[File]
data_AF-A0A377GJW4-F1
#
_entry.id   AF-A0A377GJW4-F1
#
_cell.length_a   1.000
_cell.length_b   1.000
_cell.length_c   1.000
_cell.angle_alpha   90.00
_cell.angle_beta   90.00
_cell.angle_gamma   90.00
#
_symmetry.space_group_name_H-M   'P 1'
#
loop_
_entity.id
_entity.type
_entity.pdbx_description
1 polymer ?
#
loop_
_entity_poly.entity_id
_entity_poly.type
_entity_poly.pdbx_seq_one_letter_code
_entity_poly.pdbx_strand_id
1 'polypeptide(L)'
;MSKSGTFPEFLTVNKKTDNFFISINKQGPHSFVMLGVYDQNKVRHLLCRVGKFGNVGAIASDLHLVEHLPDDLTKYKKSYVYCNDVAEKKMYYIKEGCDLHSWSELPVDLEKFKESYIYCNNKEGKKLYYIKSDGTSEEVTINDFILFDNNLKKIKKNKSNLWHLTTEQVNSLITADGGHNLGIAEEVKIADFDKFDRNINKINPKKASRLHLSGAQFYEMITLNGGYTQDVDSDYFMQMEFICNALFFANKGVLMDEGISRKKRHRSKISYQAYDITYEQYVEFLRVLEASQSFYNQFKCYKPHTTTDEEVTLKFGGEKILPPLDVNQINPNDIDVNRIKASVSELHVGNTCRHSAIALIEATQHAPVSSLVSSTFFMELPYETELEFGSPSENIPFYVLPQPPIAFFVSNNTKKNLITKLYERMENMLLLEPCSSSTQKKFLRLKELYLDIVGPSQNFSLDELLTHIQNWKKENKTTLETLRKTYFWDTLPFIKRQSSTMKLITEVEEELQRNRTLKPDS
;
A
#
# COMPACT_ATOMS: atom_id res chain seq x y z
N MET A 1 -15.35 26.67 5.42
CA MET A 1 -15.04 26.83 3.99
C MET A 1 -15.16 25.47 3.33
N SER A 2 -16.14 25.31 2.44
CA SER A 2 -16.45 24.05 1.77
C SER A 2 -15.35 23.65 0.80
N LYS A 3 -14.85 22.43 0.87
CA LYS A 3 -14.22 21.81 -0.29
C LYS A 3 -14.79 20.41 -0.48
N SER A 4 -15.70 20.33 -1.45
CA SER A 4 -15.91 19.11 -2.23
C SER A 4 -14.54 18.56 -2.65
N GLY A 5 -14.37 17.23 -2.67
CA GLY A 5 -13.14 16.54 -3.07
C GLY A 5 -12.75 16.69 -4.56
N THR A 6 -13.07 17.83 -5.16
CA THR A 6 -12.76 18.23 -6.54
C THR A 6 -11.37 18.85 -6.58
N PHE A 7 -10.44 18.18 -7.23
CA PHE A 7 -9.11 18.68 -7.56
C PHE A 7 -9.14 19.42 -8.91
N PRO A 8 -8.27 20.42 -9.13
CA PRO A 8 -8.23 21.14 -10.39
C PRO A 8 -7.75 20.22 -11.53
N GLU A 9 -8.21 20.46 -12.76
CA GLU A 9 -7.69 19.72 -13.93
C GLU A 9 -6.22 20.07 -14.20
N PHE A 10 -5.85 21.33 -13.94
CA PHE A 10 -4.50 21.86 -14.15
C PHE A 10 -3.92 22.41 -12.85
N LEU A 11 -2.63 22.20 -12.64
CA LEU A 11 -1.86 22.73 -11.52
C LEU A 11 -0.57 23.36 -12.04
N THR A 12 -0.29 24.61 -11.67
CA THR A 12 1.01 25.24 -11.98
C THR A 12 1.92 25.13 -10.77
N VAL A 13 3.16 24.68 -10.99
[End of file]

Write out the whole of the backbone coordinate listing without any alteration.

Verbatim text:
data_AF-A0A377GJW4-F1
#
_entry.id   AF-A0A377GJW4-F1
#
_cell.length_a   1.000
_cell.length_b   1.000
_cell.length_c   1.000
_cell.angle_alpha   90.00
_cell.angle_beta   90.00
_cell.angle_gamma   90.00
#
_symmetry.space_group_name_H-M   'P 1'
#
loop_
_entity.id
_entity.type
_entity.pdbx_description
1 polymer ?
#
loop_
_entity_poly.entity_id
_entity_poly.type
_entity_poly.pdbx_seq_one_letter_code
_entity_poly.pdbx_strand_id
1 'polypeptide(L)'
;MSKSGTFPEFLTVNKKTDNFFISINKQGPHSFVMLGVYDQNKVRHLLCRVGKFGNVGAIASDLHLVEHLPDDLTKYKKSYVYCNDVAEKKMYYIKEGCDLHSWSELPVDLEKFKESYIYCNNKEGKKLYYIKSDGTSEEVTINDFILFDNNLKKIKKNKSNLWHLTTEQVNSLITADGGHNLGIAEEVKIADFDKFDRNINKINPKKASRLHLSGAQFYEMITLNGGYTQDVDSDYFMQMEFICNALFFANKGVLMDEGISRKKRHRSKISYQAYDITYEQYVEFLRVLEASQSFYNQFKCYKPHTTTDEEVTLKFGGEKILPPLDVNQINPNDIDVNRIKASVSELHVGNTCRHSAIALIEATQHAPVSSLVSSTFFMELPYETELEFGSPSENIPFYVLPQPPIAFFVSNNTKKNLITKLYERMENMLLLEPCSSSTQKKFLRLKELYLDIVGPSQNFSLDELLTHIQNWKKENKTTLETLRKTYFWDTLPFIKRQSSTMKLITEVEEELQRNRTLKPDS
;
A
#
# COMPACT_ATOMS: atom_id res chain seq x y z
N MET A 1 -15.35 26.67 5.42
CA MET A 1 -15.04 26.83 3.99
C MET A 1 -15.16 25.47 3.33
N SER A 2 -16.14 25.31 2.44
CA SER A 2 -16.45 24.05 1.77
C SER A 2 -15.35 23.65 0.80
N LYS A 3 -14.85 22.43 0.87
CA LYS A 3 -14.22 21.81 -0.29
C LYS A 3 -14.79 20.41 -0.48
N SER A 4 -15.70 20.33 -1.45
CA SER A 4 -15.91 19.11 -2.23
C SER A 4 -14.54 18.56 -2.65
N GLY A 5 -14.37 17.23 -2.67
CA GLY A 5 -13.14 16.54 -3.07
C GLY A 5 -12.75 16.69 -4.56
N THR A 6 -13.07 17.83 -5.16
CA THR A 6 -12.76 18.23 -6.54
C THR A 6 -11.37 18.85 -6.58
N PHE A 7 -10.44 18.18 -7.23
CA PHE A 7 -9.11 18.68 -7.56
C PHE A 7 -9.14 19.42 -8.91
N PRO A 8 -8.27 20.42 -9.13
CA PRO A 8 -8.23 21.14 -10.39
C PRO A 8 -7.75 20.22 -11.53
N GLU A 9 -8.21 20.46 -12.76
CA GLU A 9 -7.69 19.72 -13.93
C GLU A 9 -6.22 20.07 -14.20
N PHE A 10 -5.85 21.33 -13.94
CA PHE A 10 -4.50 21.86 -14.15
C PHE A 10 -3.92 22.41 -12.85
N LEU A 11 -2.63 22.20 -12.64
CA LEU A 11 -1.86 22.73 -11.52
C LEU A 11 -0.57 23.36 -12.04
N THR A 12 -0.29 24.61 -11.67
CA THR A 12 1.01 25.24 -11.98
C THR A 12 1.92 25.13 -10.77
N VAL A 13 3.16 24.68 -10.99